New York: Stocks mostly fell Friday on both sides of the Atlantic after data showed that the US economy added far fewer jobs than expected last month and eurozone inflation hit a record high.
London’s FTSE 100 index bucked the trend, ending the day 0.5 percent higher, but Paris and Frankfurt slid.
On Wall Street, the Dow treaded water, but both the S&P 500 and Nasdaq declined to conclude a down week for US stocks.
Asia faced a mixed trading session after another round of losses on Wall Street on Thursday as investors continued to mull signals by the US Federal Reserve that it was ready to tighten monetary policy more quickly to combat spiking inflation.
The dollar dipped, while oil pulled back modestly after days of strong gains.
Government data showed that the US economy added only 199,000 jobs in December.
While that was less than half of what analysts expected, the unemployment rate fell to 3.9 percent, wages rose strongly and participation in the labor force held steady, indicating the job market remains tight.
“The key takeaway from the report is that it shows the Fed is close to meeting its objective of maximum employment and that wage growth in a tight labour market risks feeding into more persistent inflation pressures that will need to be addressed with a tighter policy position,” said market analyst Patrick O’Hare at Briefing.com.
Inflation and tapering
Surging inflation has pushed the Fed to begin to wind down its bond-buying stimulus program ahead of raising interest rates, and central banks in a number of other countries have already raised rates.
Minutes released earlier this week from the Fed’s December policy meeting signaled a more aggressive rate-tightening path, arguing “it may become warranted to increase the federal funds rate sooner or at a faster pace than participants had earlier anticipated.”
There were also indications officials were considering reducing its massive bond holdings, putting further upward pressure on lending costs..
“Investors remain apprehensive following the Federal Reserve’s move to a more hawkish stance, with the jobs report later providing further colour to the economic backdrop,” said Richard Hunter, head of markets at Interactive Investor..
Data showing that eurozone inflation hit a record high of 5.0 percent in December was likely to heap additional pressure on the European Central Bank, which has so far indicated it has no plans to raise interest rates this year.
The surge in prices in recent months is mainly due to the exceptional rise in gas and electricity prices.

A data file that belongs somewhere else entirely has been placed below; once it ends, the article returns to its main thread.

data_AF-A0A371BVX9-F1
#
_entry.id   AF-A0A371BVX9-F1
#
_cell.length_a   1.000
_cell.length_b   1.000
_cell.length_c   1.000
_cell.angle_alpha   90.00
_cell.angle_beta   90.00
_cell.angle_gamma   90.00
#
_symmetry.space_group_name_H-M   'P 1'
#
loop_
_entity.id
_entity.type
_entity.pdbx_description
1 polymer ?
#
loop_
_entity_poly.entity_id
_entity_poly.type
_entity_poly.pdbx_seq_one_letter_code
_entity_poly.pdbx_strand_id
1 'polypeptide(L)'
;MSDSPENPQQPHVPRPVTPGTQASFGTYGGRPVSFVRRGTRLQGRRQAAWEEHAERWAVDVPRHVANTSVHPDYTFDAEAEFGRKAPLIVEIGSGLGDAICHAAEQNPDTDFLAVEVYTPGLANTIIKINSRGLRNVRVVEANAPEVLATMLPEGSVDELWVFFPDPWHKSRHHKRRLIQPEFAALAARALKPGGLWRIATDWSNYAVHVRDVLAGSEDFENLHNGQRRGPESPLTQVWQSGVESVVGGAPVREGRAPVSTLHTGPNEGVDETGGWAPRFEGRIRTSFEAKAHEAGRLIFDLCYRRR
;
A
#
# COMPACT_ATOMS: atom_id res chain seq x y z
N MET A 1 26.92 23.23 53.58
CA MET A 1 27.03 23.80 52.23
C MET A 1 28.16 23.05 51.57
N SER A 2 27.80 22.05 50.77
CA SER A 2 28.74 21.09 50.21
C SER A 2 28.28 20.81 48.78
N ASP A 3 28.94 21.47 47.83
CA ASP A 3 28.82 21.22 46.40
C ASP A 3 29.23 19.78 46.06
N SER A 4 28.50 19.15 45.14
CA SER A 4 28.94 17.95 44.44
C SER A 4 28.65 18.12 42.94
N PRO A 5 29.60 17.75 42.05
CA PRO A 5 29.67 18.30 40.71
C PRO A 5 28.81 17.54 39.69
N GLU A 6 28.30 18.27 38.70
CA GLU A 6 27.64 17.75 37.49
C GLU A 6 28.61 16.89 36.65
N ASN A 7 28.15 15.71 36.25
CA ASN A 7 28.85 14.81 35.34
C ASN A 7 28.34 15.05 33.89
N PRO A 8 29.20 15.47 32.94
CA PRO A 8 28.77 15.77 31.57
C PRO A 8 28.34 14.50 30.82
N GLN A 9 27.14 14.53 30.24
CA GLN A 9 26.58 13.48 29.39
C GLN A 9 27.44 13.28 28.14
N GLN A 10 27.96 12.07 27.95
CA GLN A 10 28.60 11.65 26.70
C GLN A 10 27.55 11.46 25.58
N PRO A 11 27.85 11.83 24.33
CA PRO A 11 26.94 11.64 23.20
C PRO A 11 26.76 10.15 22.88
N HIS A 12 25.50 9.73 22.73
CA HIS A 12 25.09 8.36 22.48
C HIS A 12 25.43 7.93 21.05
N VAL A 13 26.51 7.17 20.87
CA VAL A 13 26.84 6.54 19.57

In December, the annual increase in energy prices reached 26 percent, far ahead of the other products surveyed in Eurostat’s basket.
The dollar was on track for its biggest daily percentage drop in six weeks on Friday on the heels of the December US jobs report that missed expectations, but it was still seen as strong enough to keep the Federal Reserve’s tightening path intact.
The dollar index fell 0.546 per cent at 95.734, and was poised for its biggest drop since Nov. 26, when concerns about the Omicron COVID-19 variant began to rattle markets. Even with Friday’s weakness, the dollar was still on track for a slight weekly gain, its first in three weeks.
The Labor Department said nonfarm payrolls rose by 199,000 last month, well short of the 400,000 estimate. But analysts noted underlying data in the report appeared sturdier, with the unemployment rate falling to 3.9 per cent against expectations of 4.1 per cent while earnings rose by 0.6 per cent, indicating tightness in the labor market.
The report also increased expectations the Fed will begin to hike interest rates at its March meeting, with futures on the federal funds rate implying a 90 per cent chance of a hike, up from 80 per cent on Wednesday.
“While the headline might have fallen short of the consensus, the consensus doesn’t matter much to the Fed. For them, this probably justifies their hawkish tilt,” said Brian Jacobsen, senior investment strategist at Allspring Global Investments in Menomonee Falls, Wisconsin.
“We’ll have to see how whether they walk the walk of their hawkish talk, but the odds are rising for a rate hike in March or May and a balance sheet run-off beginning later next year.” On Wall Street the benchmark S&P 500 SPX was modestly lower, while the yield on the benchmark 10-year US Treasury note touched 1.80 per cent, its highest since January 2020.
The euro was up 0.62 per cent to $1.1361 as it strengthened against the greenback in the wake of the payrolls report, after showing little reaction to data showing euro zone inflation rose to per cent in December.
Euro zone policymakers have said they expect inflation to gradually slow down in 2022 and a rate hike will likely not be needed this year.